Beat the bots

Vacuuming the floor

Easter Monday and the Anzac day holiday were in the same week this year, which meant that if you took three days’ leave, then you ended up with an unbroken stretch of ten straight days of holiday.

Naturally, I took it. We both did.

Which is fine, except Monday, Wednesday and Fridays turned into a game of beat the bot.

Housekeeping is never a fun chore, it’s just something that has to be done.  So last Christmas we bought bots. A vacuum robot, for cleaning the wooden floor and carpets, and a wet mop for the wet areas.

I find that robotic floor cleaners are a lot like dishwashers.  Even though you have to do pre-work (load) and post-work (empty), it’s faster and more convenient than having to wash dishes by hand. Even when the hand washing can be done in half the time, and when the dishwasher breaks down, you can’t wait until it gets fixed so you don’t have to handwash any more.

Bots are like that.  For the vacuum cleaner to make sure the floor doesn’t have anything around that might trip the bot up, and that the furniture hasn’t been moved so it gets stuck, and afterwards you have to empty the dirt tray. The wet mop is even more manual—sweep the floor first, set up the cleaner, then wash out the wet mop after it’s done.  Even so, housework has less of a hassle since they’ve been around.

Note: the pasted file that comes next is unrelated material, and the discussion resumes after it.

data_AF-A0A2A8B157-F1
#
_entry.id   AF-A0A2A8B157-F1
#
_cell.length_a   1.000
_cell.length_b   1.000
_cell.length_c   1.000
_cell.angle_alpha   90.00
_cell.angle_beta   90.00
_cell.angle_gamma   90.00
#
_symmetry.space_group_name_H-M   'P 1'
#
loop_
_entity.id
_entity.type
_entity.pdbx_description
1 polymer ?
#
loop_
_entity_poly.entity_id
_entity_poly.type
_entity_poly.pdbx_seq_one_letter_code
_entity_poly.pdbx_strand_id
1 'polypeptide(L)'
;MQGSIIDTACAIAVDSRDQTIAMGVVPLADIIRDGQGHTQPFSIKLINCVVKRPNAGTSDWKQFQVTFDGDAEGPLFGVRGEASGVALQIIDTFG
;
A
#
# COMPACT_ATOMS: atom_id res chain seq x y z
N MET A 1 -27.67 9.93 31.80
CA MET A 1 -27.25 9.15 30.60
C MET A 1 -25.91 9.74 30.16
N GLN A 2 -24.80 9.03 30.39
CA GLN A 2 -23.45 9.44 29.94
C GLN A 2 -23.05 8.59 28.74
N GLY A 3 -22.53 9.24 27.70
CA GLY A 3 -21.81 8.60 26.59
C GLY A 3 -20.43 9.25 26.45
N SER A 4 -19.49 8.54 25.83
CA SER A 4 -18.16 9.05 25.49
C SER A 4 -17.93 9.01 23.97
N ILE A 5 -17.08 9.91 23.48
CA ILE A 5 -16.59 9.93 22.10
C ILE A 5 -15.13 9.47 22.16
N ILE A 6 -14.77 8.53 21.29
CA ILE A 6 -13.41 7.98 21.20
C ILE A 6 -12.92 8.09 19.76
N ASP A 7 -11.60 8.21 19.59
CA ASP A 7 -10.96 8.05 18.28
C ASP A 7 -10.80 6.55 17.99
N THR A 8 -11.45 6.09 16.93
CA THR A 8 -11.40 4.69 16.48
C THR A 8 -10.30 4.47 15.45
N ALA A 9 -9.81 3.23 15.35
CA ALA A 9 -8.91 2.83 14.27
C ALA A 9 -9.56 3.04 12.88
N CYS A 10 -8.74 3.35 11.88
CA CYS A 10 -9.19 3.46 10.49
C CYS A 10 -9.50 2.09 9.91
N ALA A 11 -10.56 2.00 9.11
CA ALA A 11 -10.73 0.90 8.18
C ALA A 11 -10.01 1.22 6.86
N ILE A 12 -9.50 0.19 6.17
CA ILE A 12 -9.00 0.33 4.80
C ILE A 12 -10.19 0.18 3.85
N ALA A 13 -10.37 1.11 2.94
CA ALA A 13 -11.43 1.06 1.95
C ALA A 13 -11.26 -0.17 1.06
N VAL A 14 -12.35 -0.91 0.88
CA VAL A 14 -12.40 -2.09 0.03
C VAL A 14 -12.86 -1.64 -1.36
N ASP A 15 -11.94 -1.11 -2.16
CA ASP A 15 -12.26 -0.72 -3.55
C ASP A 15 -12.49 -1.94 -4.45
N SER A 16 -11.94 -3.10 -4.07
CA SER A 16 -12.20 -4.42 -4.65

We named our bots. As you do, of course.  Zoomba, because it’s a Roomba, and because Zumba (don’t ask, I’m not going to explain) and Wetta, because the mop is a Braava Jetta and because we’d just come back from New Zealand and the Weta factory and it made sense at the time.

The Wetta is totally manual. Set it up, press go, put it away when it’s done.

The Zoomba is scheduled to run every Monday, Wednesday and Friday at 9:00.  We’re out of the house by 7:30 normally. It’s not a problem. Except this week. When we were on holidays.

Something else you do on holidays.  Sleep in.

We could, of course, have just changed the settings, but that would be too simple.  No.  Instead, we played beat the bot.

Nine am on the scheduled days. We’re asleep, of course, because we stayed up late last night reading, or writing, or just talking.  The very noisy Zoomba starts up. (The Wetta is whisper quiet.)

We fall out of bed in our respective rooms. Run out, check the cords, check the furniture, do what we have to do to be sure the bot has a clear path.  So tired we’re both doing the same thing, one after the other.

By then we’re wide awake.  “You can have first shower,” one of us says. We go through the walz of “No, you can,” a couple of times before one of us gives in and heads for the bathroom.

The other, wide awake by now of course, turns on the computer.

I’m sure, if you could read bot-minds, you’d hear the Zoomba laughing.

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